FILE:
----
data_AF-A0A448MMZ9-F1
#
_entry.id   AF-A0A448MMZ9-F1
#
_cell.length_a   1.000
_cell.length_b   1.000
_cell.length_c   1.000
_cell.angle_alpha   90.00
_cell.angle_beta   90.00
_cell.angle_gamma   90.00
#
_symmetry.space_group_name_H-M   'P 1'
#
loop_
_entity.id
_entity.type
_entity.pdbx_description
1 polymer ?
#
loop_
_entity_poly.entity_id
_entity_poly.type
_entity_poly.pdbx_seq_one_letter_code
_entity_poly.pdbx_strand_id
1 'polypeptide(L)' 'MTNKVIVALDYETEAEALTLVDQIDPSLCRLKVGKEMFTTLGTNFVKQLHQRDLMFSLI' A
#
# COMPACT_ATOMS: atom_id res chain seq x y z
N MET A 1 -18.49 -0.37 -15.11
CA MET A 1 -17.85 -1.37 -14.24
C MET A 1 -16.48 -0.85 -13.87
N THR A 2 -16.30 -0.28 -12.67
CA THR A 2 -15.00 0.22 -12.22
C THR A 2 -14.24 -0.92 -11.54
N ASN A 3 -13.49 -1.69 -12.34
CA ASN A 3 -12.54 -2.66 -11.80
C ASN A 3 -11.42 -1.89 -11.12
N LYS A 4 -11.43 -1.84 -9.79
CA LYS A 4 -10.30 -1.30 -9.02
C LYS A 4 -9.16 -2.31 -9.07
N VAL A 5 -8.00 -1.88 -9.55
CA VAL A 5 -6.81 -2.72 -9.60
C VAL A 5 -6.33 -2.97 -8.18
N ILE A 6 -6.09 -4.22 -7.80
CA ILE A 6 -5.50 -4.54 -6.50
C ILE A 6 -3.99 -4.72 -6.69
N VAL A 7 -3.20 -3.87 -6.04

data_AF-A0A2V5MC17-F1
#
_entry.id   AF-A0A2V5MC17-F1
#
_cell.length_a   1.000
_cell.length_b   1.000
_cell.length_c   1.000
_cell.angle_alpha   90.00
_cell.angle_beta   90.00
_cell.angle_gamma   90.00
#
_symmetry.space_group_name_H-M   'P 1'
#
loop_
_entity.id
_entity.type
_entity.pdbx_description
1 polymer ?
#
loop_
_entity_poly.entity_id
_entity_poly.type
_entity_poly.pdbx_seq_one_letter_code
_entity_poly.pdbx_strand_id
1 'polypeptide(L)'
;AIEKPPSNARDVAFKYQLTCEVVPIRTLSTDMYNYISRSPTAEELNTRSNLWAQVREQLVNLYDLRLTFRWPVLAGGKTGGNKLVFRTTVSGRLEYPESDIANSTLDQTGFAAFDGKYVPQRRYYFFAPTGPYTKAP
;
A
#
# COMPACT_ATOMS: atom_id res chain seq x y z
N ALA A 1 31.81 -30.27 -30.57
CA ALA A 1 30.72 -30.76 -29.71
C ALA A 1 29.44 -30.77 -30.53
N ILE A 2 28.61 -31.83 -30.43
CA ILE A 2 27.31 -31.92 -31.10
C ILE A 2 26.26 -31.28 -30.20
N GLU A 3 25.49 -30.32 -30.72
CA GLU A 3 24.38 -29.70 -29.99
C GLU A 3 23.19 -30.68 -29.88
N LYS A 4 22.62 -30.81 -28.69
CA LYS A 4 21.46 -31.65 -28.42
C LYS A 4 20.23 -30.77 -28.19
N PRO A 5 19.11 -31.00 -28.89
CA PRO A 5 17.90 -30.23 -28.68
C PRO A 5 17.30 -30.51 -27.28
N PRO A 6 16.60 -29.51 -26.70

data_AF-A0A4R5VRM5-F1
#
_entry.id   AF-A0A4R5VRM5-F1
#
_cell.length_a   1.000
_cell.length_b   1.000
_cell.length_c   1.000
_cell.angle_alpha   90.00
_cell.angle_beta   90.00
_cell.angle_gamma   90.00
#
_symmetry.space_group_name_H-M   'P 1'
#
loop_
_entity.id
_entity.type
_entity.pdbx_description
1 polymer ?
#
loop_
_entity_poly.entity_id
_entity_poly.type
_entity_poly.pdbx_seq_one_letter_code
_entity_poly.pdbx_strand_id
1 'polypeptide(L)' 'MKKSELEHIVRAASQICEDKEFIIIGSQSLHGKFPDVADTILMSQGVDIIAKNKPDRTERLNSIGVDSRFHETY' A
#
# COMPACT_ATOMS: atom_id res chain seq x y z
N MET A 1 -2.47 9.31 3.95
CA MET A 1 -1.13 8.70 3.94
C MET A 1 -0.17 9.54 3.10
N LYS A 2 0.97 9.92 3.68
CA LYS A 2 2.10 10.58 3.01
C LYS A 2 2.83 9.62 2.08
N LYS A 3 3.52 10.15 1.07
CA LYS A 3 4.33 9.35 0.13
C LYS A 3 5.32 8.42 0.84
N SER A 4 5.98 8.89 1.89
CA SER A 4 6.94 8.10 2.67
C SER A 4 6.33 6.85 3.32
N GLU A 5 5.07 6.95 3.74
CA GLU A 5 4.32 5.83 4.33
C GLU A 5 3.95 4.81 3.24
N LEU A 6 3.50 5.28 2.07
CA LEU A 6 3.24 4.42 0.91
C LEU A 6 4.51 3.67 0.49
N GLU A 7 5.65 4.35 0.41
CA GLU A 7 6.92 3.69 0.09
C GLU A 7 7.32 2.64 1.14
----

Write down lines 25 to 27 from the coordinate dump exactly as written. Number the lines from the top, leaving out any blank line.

1 'polypeptide(L)' 'MTNKVIVALDYETEAEALTLVDQIDPSLCRLKVGKEMFTTLGTNFVKQLHQRDLMFSLI' A
#
# COMPACT_ATOMS: atom_id res chain seq x y z